SARONNO, Italy - Most writers keep journals and I am no exception. This is an excerpt from my journal on my one and only train trip to Puglia. My destination was Bari and Lecce, but in this segment I’m not there yet. These are random notes, scribbled over the course of the journey.
|The Adriatic Coast|
I left Saronno at 5AM. I’m going to Puglia today. On the train. It’s going to take 10 hours, but I want to take the train because I’ve never traveled along the Adriatic coast and I’m curious to see what it’s like.
It’s 11:45. We are somewhere between Ancona and Pescara, passing a town called Guilanuova. It’s all new construction here. Most of the time the train follows the sea and as usual the shoreline is gummed up with either bathing establishments, i bagni , but not this stretch – just open fields to the sea – then a tacky campground with a huge pool.
Oh man, ugly motel under construction. No idea where we are. Train’s a little shaky. Sea is divided; close to shore it looks gray, but further out its deep blue. In the distance a ship. Nice grove of umbrella pines diminished by rows of campers. Outside staircases seem to be popular here, look like they’ve been super glued to the outside of the buildings. Another nice grove of umbrella pines – seems to go on and on and on. Now open sea, sandy beaches.
Out the right hand side window, steep hills topped with occasional fortress structures. There is an old man sitting across from me who is very attractive. That’s what I like about the south. Southern Bells, Sauce of the South, with a wife who must have heart trouble because she was breathing like a racehorse at the end of the Kentucky Derby when they got on the train in – Bologna - maybe.
|Cruising the Adriatic|
The old man is deaf. Nothing worse than a conversation between two deaf people, a whole lot of eh? Eh? EH?. We’ve gone through a few tunnels now, glimpses of the sea through the open arches. It’s not the Mediterranean. I guess that’s why Crayola chose Mediterranean blue and not Adriatic blue.
We are going through Ortona. Looks like an industrial port, sailboats tied up out on the dock. There seem to be a lot of power boats for sale. Another tunnel. This time a long one and when we come out of it the sea has disappeared from view – replaced by grape vines growing on the hill sides – and yet another tunnel. This a long one too. And another.
Tuscany it ain’t, although there are steep hills, planted with vertical rows of grapes. Another tunnel. The guy across from me is making a career out of reading the newspaper. He is reading EVERY word – talk about getting your money’s worth. More grape vines, this time on the sea side.
Whizzing along in this high speed train I feel like I’m traveling to the end of the world, but its only Termaoli. You can see how vulnerable Italy is as we go along the open coastline at 100 MPH. No wonder they were always under attack. Lots of soft underbelly.
Now an ugly town on top of a hill. This whole area lacks character. Sweet Dreams hotel in Campmarino – somehow I doubt it.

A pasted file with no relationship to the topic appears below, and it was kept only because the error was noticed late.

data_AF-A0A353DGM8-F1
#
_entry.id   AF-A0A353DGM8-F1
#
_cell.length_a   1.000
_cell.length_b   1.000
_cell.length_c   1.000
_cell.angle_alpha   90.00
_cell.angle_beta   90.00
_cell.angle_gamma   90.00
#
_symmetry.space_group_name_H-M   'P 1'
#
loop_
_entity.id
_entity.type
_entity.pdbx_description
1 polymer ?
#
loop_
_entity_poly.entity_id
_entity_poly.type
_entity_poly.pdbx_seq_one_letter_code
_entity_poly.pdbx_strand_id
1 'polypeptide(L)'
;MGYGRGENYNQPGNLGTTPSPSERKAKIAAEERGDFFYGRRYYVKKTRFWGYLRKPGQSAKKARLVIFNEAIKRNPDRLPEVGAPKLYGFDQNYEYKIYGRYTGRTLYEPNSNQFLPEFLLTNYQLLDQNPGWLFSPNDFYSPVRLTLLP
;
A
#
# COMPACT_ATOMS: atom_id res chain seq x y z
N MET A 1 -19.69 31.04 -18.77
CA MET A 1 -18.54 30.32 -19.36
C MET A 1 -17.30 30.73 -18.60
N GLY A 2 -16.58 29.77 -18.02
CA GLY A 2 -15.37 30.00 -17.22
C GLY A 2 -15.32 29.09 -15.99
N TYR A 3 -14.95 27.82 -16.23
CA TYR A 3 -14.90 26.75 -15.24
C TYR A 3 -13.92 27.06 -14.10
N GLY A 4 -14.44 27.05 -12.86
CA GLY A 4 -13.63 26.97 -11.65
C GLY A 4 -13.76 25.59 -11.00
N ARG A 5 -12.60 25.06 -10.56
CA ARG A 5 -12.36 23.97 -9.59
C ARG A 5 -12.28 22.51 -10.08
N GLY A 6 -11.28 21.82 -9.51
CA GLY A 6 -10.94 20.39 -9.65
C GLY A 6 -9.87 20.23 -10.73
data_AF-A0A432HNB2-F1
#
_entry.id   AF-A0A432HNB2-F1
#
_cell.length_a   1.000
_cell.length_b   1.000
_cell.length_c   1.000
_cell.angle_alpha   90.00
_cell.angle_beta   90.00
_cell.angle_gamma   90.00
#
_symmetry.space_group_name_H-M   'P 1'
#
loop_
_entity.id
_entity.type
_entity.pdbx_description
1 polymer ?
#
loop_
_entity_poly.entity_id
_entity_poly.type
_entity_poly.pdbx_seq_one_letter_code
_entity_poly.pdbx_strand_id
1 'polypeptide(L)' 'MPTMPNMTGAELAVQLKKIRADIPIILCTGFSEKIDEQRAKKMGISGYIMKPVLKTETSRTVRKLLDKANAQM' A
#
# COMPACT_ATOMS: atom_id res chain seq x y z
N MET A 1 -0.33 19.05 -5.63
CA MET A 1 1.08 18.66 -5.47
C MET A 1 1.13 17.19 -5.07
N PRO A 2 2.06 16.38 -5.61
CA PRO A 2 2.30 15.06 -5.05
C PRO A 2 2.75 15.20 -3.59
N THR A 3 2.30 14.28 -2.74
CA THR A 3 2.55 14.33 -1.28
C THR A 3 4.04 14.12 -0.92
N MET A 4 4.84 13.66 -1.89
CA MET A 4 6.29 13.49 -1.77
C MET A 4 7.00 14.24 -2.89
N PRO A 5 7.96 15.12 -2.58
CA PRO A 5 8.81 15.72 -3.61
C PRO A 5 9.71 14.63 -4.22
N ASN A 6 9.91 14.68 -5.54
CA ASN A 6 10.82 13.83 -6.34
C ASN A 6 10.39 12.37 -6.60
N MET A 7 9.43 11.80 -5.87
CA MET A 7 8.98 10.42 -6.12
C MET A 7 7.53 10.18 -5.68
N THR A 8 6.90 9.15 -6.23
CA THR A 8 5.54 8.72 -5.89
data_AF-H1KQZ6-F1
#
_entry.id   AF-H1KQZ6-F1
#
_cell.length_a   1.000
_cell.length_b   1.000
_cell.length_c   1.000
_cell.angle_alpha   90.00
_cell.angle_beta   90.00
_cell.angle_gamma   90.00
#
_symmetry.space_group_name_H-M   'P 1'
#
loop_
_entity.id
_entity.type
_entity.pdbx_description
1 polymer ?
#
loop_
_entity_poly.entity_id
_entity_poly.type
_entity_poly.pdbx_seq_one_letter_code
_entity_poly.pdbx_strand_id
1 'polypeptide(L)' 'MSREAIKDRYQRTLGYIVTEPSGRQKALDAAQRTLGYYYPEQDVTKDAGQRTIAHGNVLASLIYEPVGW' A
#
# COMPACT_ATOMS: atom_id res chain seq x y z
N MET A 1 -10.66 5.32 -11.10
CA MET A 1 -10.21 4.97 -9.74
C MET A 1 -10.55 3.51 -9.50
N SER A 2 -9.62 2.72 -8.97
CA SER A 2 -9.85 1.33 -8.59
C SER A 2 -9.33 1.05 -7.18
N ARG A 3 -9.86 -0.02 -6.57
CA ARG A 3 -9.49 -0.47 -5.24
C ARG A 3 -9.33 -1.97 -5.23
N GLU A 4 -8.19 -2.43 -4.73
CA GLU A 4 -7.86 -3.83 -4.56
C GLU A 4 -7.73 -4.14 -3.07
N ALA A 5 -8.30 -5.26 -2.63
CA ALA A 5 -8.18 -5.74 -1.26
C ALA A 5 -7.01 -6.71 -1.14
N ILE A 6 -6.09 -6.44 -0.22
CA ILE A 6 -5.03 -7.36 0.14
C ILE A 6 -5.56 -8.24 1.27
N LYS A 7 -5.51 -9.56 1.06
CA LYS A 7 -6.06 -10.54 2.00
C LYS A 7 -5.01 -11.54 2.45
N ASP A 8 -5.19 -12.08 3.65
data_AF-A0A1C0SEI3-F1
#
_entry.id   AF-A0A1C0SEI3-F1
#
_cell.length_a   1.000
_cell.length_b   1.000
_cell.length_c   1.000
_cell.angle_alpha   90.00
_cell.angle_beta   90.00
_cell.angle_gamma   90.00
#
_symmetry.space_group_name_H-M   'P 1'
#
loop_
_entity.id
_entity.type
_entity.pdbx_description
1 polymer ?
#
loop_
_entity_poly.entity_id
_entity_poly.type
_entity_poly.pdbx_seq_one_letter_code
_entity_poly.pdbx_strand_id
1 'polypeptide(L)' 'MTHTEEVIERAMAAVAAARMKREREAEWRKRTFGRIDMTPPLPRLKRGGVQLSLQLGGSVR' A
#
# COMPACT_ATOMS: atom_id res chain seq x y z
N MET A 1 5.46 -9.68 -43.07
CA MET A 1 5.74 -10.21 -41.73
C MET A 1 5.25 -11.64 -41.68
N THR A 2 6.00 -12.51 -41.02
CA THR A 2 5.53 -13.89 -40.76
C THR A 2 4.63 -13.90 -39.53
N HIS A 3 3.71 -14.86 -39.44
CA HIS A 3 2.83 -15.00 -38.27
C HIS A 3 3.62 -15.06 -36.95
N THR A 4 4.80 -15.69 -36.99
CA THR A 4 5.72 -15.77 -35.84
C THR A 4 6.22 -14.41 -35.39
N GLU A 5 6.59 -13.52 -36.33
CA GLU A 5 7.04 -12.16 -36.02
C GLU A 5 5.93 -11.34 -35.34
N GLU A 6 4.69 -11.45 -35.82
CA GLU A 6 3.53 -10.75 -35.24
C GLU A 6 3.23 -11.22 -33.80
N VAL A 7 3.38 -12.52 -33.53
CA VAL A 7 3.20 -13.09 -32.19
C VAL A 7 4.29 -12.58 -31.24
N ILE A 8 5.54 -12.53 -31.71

Only 1PM, is it possible there are still two hours to go? One hour to Foggia according to the woman sitting across from me. Both husband and wife have phones. She calls the son, the father calls the daughter. The son is sick and she has called him at least 3 times with advice – eat light, stay in bed. She is at least 80, so even with a conservative guess, the son is must be 40, if not 50.
|San Marino, Italy|
I can almost picture her young. Now her cheeks are sunken, her face a web of wrinkles, hooded eyes, hook nose, a look from another time. Her hair is colored a no color if that is possible. He has a full face, those half closed eyes I love, white hair,
Where are we now? Chieti? 2 more hours to go, this time confirmed by the conductor. The town we are passing is Chieti Serracapriola. There is a little bit of breeze here, I can see the leaves moving on the tree. It looks like New Jersey. There is not a soul in sight. Oh, I forgot, it’s 1 o’clock, lunch time.
|The Adriatic Coast|
Next town is Ripalta, the sign is bigger than the town. We’ve seem to have lost the sea. Now on what used to the sea side there are undulating hills of green, planted fields and I keep thinking I see a town/city in the distance, but it must be a mirage. We’ve come inland because the next stop is Foggia – then we will head back towards the sea. There is a city in the distance on the sea side. It wasn’t a mirage after all. It’s windy here. Sento di avere fatto un salto su la luna, as they say: I feel like I’ve landed on the moon.
Another stop in the middle of nowhere. Pink house out the window reminds me of The Leopard, by Giuseppe Tomasi di Lampedusa. Another house has a large terrace set over a car port. There are a lot of electrical towers and industrial buildings. Now a small stand of olive trees, a patch of grape vines, on the other side, more of the same.
|Train Station San Severino|
S. Severo first sign of civilization – lots of graffiti and the old woman is calling her son again! Senti Paolo, hai mangiato? Listen Paulie, did you eat something? Her husband keeps on reading, probably thinking for Christ’s sake, he’s forty years old, he can handle a cold.
Miles of fields, grapes mostly, interspersed with fields of green. Here and there a house or small concrete building. The isolation is unsettling to me. But you do, or I do anyway, get a sense of distance.
If I were the King of Italy I’d knock down all these ugly towns and say, there you go, now try it again. Even the buildings under construction are ugly. Another town in the distance. Train is going too fast now to read any signs. This car is practically empty and very quiet. I think there are only 4 of us. The other 1st class cars were jam packed, but this one never was. I feel like I’m in Sicily. Where the hell are we? This place definitely gets the ugly prize. (To be continued).